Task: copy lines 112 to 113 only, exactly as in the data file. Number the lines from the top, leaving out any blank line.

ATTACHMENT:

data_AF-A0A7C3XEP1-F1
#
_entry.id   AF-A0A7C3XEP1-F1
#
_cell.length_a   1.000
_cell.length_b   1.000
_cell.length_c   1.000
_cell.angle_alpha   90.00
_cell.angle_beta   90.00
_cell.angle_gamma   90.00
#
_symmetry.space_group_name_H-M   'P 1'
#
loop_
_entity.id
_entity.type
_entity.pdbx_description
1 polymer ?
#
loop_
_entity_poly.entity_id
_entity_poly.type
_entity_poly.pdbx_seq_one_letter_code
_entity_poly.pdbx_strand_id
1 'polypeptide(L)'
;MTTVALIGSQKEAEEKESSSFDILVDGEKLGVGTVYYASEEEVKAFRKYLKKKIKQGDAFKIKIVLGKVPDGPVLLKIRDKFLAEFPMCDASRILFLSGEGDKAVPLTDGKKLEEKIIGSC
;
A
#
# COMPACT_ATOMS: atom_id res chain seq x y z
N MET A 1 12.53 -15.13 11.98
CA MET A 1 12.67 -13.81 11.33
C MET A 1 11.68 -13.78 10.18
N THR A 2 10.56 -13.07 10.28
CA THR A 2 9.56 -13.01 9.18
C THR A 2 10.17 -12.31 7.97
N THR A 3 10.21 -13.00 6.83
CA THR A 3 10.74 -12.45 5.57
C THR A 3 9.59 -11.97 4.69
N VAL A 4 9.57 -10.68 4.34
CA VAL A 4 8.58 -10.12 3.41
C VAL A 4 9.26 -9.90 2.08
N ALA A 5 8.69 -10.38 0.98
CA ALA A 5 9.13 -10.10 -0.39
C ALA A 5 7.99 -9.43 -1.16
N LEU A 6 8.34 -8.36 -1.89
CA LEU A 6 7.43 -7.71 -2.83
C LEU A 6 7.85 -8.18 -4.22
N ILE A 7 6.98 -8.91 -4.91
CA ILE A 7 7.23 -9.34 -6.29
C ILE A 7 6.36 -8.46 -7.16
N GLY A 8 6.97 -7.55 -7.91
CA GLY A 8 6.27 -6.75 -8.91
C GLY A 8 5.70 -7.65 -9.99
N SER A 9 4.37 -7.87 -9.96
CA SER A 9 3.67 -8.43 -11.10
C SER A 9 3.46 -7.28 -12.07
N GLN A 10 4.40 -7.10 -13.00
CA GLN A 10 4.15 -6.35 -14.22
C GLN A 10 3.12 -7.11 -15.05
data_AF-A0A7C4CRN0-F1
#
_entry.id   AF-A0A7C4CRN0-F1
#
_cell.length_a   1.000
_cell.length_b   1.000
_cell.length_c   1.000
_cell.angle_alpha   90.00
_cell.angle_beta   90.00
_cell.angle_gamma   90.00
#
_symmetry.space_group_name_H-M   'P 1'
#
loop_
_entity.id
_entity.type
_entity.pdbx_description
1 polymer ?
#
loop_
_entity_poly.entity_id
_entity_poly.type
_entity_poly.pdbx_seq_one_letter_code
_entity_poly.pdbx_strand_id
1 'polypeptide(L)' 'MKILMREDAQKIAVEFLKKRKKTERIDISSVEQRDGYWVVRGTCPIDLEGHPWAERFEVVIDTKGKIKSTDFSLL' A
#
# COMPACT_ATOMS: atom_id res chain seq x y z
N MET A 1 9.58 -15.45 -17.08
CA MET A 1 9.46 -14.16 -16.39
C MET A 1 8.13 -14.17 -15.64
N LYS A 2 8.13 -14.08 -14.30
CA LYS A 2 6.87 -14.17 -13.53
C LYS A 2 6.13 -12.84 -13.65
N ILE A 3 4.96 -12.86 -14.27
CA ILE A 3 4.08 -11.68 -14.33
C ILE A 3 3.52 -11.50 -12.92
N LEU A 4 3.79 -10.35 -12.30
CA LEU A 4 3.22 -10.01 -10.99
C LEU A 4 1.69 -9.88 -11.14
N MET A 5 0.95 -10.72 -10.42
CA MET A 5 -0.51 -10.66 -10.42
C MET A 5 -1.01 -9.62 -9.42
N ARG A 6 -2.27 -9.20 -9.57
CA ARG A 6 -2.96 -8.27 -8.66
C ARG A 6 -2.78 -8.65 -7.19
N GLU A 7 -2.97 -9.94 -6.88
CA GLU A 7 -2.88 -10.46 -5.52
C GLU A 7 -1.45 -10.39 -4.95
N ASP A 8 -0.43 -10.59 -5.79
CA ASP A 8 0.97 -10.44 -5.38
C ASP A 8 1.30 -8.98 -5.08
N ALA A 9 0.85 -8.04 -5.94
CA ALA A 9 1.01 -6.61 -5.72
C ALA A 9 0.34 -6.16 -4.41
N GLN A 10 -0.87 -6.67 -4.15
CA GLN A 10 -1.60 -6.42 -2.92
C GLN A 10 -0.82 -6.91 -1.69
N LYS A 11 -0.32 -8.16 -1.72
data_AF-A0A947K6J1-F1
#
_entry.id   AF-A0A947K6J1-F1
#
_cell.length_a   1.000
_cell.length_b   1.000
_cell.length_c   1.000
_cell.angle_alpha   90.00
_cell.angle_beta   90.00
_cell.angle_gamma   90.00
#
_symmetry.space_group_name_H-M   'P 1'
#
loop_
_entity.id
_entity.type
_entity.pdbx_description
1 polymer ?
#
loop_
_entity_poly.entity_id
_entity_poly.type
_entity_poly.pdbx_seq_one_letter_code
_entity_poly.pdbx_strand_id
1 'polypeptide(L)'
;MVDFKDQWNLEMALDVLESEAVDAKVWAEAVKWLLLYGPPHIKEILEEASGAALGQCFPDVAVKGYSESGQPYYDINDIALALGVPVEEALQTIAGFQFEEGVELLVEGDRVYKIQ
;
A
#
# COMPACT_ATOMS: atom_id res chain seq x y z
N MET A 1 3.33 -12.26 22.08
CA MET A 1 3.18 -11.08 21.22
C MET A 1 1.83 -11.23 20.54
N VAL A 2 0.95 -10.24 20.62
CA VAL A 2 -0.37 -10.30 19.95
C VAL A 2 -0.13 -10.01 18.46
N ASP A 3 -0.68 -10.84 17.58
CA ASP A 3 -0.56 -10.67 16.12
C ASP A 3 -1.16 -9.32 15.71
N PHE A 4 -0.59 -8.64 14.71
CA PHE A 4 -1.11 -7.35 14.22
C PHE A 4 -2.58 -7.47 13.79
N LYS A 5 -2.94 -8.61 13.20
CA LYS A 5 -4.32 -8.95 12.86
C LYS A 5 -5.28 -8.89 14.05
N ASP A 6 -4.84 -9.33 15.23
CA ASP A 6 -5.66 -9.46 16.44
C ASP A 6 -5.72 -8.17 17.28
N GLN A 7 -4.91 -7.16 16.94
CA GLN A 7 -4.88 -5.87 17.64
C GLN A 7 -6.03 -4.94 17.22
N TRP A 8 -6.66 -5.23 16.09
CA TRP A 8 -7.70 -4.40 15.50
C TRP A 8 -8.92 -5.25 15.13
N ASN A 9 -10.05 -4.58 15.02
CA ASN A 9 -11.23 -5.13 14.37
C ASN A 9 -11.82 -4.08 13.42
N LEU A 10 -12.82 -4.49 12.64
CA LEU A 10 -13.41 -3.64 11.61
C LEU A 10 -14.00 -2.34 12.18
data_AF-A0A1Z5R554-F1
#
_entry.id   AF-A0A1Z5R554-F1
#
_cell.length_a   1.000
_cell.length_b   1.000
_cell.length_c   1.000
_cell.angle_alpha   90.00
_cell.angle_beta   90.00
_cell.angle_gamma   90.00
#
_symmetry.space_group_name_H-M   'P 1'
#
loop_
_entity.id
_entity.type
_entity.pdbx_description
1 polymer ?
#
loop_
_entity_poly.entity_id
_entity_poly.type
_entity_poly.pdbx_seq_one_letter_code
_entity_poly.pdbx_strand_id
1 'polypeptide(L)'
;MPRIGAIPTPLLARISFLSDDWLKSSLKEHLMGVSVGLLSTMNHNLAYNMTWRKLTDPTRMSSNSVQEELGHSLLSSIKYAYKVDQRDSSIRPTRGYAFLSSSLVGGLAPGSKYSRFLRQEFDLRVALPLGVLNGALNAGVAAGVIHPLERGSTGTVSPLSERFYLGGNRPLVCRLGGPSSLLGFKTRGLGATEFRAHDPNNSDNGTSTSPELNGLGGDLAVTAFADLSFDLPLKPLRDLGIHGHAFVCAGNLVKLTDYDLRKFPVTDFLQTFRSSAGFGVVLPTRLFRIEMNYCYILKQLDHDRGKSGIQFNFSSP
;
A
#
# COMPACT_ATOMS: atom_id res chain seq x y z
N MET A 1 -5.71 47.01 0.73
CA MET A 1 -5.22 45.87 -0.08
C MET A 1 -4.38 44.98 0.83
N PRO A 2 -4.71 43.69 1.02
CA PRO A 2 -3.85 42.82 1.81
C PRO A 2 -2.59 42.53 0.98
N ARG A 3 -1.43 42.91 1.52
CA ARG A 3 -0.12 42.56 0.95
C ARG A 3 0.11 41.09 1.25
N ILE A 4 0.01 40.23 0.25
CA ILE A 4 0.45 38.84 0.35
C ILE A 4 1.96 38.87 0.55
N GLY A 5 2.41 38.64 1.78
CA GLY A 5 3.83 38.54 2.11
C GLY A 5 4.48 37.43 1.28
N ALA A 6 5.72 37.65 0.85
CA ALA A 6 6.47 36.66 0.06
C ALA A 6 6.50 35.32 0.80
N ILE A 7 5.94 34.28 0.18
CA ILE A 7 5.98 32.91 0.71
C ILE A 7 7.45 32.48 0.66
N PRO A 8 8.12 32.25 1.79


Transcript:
N ALA A 9 0.85 -8.04 -5.94
CA ALA A 9 1.01 -6.61 -5.72